“Vision is the art of seeing what is invisible to others.”

— Jonathan Swift


I have been making photographs, both personally and professionally, since college. The equipment and processes I use now are quite different, but my approach is really the same. 

My main goal is to surprise the viewer's eye with dramatic portrayals of real places and actual things that appear to be both utterly realistic and subtly fantastic.

I know that's a lot to ask of a photograph, but I think that’s what they’re for. 


Through the years, I have used film cameras of many sizes, films of various kinds, and digital gear dating to a now-primitive Nikon D100 in 2002.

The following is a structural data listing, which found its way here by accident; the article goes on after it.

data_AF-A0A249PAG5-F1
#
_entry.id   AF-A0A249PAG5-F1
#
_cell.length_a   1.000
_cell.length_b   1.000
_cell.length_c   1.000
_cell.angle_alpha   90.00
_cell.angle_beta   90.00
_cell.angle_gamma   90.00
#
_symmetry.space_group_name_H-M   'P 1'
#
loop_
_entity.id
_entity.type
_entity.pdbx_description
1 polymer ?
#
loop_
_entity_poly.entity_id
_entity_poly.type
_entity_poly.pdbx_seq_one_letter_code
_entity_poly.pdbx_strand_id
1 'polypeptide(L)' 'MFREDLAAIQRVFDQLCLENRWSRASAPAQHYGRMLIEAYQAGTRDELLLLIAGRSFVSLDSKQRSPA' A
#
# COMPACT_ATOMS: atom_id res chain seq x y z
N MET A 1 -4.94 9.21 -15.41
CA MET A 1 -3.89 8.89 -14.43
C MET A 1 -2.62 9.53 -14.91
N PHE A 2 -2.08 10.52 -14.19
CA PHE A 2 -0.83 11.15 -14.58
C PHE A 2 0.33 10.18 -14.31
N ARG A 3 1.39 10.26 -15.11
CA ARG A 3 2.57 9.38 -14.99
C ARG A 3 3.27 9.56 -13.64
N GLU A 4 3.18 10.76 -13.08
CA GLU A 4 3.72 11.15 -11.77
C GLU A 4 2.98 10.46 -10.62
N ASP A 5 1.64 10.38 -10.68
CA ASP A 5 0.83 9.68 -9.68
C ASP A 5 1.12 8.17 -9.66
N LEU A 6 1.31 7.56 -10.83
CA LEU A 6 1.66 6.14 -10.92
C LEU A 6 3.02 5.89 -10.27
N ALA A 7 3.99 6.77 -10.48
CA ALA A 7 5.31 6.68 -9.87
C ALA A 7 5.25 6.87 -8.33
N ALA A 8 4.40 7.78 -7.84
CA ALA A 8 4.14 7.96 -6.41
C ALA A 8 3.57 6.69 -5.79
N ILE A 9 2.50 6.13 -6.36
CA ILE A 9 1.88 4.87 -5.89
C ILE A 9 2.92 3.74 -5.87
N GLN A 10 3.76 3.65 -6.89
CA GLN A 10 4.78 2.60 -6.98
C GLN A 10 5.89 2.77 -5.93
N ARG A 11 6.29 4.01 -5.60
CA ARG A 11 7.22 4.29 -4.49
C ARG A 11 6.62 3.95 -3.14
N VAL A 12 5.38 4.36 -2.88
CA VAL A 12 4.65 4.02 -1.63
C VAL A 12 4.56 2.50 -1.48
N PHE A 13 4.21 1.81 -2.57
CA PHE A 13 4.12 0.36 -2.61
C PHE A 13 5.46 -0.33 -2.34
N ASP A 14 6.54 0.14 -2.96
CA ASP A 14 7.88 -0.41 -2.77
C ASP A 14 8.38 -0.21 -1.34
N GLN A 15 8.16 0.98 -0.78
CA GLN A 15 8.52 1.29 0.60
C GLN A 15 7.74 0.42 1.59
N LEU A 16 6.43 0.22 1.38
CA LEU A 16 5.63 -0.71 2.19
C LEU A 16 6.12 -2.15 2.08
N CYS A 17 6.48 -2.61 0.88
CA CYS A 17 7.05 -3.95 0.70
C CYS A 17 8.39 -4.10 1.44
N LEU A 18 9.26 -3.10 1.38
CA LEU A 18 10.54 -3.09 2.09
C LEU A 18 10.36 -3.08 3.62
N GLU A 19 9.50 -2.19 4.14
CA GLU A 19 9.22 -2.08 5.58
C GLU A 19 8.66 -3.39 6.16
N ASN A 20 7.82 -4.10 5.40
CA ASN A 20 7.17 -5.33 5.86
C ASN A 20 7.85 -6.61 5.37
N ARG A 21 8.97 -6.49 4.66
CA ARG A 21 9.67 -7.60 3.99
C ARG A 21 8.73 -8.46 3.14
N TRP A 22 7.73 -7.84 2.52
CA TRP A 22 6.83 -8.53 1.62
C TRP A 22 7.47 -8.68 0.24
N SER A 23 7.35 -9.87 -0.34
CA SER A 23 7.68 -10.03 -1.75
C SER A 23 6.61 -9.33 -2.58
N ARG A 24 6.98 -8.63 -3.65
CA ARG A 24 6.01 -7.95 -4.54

The work shown on these pages ranges from 35 millimeter and 6x7 negative and slide film, to digital images in many resolutions. 

I try not to cultivate a style. Yet I always gravitate toward dramatic compositions with lots of dynamic range and, more important, images that are fun to look at.  


Pictured above is Amos, our much-loved Golden Retriever, who recently passed on at age 13. 

Luckily, Amos led a long and happy life, chock full of tennis balls, stuffed toys, homemade food and endless affection from (and for) everyone he met.  

Among other important lessons, Amos taught me to see the world afresh every time I look at it. This comes in handy when taking photographs.  

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